Last night in youth group we had a conversation about the power of our words.  Our primary text was Eph. 4:29.  I love the way The Message Bible says it:

"Watch the way you talk.  Let nothing foul or dirty come out of your mouth.  Say only what helps, each word a gift."

To illustrate how powerful our words can be, I cut a life-size paper man out of butcher paper before we began and had him laying in the center of the our meeting space (as a fun thing before we started, I had markers out so that students could draw on him and give him some "personality"!).  After an opening game, we stood in a circle around the paper person (Roger, as he came to be called) and each student and adult leader took turns walking up to Roger, hurling an insult or some hurtful words at him, and then ripping off a small piece of him.

It was super fun, and the students got really... creative with their insults (ROGER!  YOU'RE SO TWO-DIMENSIONAL!  WHY CAN'T YOU STAND UP FOR YOURSELF???) and even some of our shyer youth got in to the activity.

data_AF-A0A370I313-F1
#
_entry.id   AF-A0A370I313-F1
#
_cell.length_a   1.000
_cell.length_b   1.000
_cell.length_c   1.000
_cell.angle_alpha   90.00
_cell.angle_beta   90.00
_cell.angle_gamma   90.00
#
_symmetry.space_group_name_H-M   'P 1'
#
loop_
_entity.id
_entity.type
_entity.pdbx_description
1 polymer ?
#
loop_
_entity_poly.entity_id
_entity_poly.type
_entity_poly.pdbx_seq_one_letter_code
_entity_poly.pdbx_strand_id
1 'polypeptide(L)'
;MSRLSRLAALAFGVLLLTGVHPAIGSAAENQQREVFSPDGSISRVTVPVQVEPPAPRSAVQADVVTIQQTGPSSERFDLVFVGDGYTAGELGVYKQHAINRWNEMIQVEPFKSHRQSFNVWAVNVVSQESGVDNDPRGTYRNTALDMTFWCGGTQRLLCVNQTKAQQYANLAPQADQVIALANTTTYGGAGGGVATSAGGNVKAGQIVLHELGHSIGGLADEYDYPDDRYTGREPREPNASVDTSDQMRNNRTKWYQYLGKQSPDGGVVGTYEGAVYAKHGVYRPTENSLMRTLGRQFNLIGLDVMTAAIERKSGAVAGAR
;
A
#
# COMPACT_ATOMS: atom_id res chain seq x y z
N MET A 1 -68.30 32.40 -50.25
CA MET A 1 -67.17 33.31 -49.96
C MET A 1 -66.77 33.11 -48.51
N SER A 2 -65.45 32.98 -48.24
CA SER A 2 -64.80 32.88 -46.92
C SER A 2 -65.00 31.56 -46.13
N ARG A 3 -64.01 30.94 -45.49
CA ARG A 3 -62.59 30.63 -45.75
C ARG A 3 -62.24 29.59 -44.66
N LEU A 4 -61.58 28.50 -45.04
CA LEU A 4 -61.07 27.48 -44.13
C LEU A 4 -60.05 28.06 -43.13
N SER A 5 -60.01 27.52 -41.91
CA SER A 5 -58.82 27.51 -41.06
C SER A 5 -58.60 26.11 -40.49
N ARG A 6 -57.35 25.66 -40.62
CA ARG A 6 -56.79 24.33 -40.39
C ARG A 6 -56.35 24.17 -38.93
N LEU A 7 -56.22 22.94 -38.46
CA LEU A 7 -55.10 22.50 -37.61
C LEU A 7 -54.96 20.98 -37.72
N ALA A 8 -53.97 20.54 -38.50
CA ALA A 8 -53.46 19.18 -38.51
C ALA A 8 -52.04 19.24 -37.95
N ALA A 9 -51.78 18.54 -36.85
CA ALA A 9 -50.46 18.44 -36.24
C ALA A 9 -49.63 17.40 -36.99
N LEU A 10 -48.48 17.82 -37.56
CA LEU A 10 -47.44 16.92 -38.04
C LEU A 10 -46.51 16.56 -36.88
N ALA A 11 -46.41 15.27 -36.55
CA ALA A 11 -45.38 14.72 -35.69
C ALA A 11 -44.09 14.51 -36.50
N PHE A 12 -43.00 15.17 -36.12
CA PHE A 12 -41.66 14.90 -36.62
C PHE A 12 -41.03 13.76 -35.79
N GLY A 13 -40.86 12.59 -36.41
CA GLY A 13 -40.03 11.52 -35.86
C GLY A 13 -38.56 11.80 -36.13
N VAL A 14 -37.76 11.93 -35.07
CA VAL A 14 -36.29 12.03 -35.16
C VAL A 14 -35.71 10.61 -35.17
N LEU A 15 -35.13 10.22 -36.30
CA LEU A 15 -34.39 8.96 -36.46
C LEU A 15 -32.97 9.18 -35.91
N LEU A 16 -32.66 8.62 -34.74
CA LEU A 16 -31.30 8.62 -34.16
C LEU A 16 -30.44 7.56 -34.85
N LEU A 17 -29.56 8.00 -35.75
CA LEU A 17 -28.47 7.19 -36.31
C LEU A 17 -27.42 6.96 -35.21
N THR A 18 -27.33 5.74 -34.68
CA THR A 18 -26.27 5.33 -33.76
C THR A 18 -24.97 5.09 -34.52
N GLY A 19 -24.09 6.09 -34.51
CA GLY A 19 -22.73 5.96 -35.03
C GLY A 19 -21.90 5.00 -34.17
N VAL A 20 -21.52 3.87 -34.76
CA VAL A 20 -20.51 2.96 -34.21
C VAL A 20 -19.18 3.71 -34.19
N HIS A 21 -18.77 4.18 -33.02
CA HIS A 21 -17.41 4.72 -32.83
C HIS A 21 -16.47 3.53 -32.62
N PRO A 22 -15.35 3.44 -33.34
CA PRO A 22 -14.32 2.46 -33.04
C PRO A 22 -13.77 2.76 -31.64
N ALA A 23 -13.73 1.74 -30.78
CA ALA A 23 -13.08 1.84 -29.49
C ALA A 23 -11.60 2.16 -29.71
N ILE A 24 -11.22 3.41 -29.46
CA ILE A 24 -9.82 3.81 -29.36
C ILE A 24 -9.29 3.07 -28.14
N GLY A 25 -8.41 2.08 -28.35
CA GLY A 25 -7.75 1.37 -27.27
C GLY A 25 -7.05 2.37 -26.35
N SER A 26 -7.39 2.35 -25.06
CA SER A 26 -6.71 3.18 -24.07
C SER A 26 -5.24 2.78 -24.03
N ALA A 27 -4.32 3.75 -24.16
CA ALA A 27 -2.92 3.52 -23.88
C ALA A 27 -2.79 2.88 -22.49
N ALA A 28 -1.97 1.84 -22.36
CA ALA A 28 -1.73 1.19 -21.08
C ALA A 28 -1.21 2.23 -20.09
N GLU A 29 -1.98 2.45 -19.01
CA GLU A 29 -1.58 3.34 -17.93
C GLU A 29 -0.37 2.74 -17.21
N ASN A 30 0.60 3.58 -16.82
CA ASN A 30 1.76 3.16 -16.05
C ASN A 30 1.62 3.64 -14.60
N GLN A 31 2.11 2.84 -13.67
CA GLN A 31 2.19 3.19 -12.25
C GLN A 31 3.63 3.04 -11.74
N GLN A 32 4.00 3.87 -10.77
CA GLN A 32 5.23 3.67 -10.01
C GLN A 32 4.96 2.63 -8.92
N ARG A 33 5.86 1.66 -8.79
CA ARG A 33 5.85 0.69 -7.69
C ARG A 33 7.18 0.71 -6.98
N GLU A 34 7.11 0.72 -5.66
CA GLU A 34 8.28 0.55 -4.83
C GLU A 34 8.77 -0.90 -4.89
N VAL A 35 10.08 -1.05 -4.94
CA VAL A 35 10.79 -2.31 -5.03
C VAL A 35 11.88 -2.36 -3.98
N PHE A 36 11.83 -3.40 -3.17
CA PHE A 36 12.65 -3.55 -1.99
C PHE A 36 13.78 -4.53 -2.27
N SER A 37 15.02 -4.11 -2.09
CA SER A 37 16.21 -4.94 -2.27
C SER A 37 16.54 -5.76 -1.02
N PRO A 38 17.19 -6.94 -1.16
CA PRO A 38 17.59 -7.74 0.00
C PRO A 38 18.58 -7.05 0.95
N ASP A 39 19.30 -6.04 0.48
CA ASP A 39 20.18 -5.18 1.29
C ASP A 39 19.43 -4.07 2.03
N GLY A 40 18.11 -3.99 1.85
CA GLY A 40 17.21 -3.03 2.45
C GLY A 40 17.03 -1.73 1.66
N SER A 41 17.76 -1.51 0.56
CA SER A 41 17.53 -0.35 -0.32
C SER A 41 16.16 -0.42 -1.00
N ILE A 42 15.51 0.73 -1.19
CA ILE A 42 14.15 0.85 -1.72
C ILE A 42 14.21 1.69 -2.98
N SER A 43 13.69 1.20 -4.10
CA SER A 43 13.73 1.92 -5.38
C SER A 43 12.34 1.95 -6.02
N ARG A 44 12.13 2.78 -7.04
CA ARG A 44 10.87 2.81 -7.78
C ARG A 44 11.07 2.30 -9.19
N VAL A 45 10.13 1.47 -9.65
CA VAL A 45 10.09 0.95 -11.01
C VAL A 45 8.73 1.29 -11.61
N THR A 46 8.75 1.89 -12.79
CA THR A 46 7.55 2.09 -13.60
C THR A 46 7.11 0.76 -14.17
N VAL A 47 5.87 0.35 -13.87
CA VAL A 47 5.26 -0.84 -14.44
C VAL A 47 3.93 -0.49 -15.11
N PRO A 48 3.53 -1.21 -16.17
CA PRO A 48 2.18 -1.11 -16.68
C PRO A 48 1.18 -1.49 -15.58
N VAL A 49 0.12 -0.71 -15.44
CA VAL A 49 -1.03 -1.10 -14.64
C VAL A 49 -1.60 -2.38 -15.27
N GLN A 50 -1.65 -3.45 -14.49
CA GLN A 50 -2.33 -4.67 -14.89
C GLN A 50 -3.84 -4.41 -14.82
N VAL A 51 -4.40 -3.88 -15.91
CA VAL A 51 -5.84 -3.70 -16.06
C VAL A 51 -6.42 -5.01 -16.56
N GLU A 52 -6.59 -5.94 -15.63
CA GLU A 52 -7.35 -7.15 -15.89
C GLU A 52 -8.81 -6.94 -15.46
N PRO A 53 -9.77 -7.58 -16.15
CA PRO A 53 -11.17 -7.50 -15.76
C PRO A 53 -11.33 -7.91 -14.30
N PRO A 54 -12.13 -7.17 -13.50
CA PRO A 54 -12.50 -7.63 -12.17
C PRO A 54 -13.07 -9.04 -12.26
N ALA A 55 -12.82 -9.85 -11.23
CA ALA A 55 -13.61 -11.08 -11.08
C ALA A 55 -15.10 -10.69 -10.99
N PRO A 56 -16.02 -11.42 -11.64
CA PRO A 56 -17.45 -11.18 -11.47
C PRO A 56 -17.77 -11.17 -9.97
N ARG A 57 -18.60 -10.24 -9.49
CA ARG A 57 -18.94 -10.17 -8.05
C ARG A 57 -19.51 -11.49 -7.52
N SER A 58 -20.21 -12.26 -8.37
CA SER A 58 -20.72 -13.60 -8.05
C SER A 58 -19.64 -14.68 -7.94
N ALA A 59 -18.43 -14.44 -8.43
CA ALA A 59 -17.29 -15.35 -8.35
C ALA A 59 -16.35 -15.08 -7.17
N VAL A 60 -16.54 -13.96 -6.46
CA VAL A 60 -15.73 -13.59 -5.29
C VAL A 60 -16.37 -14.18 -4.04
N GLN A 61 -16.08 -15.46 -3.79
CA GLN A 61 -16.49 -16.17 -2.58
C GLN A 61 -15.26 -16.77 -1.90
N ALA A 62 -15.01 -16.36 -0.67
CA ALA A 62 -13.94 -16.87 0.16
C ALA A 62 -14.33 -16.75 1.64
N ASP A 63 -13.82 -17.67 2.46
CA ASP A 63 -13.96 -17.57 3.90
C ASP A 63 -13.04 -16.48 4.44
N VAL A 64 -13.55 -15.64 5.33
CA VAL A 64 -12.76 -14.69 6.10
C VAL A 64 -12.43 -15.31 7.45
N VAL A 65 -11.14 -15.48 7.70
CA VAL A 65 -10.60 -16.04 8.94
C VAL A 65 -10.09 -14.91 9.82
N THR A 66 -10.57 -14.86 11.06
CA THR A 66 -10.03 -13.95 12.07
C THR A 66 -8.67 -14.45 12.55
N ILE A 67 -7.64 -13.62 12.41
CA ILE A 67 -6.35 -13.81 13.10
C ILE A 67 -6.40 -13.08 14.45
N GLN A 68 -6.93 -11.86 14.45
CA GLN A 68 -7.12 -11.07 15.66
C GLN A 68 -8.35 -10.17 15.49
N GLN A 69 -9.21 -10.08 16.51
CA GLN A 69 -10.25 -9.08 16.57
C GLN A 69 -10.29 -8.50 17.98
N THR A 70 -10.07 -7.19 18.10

When Roger was sufficiently shredded by our insults and negative words, I asked everyone to lay their pieces of paper back in the middle of the circle.  We stood there for a second, then I said four simple words:

"Put him back together."

Of course, they were like YEAH RIGHT!  Some actually attempted to match up the pieces and put poor old Roger back together, but it was too late.  Our words had damaged him irreparably.  Do I even need to explain the point?

Our words can really hurt someone, and it's a lot easier to tear a person or a relationship apart than it is to put it back together.  This led in to some great discussion about the power of words and our responsibility as followers of Jesus to always be building others up, NEVER tearing them down.

Try it!

- Tim B.

PS - I can't take credit for this idea.  Big props to Mike Hammer for the basis of this exercise!  Check out his site here.  Thanks Mike!


02/27/2011 18:58

Life world, the total will have its own life, and who always kept in the practice and theory Success and failure to achieve a higher level of life philosophy. It's truth.

07/07/2011 23:43

Fool‘s haste is no speed.


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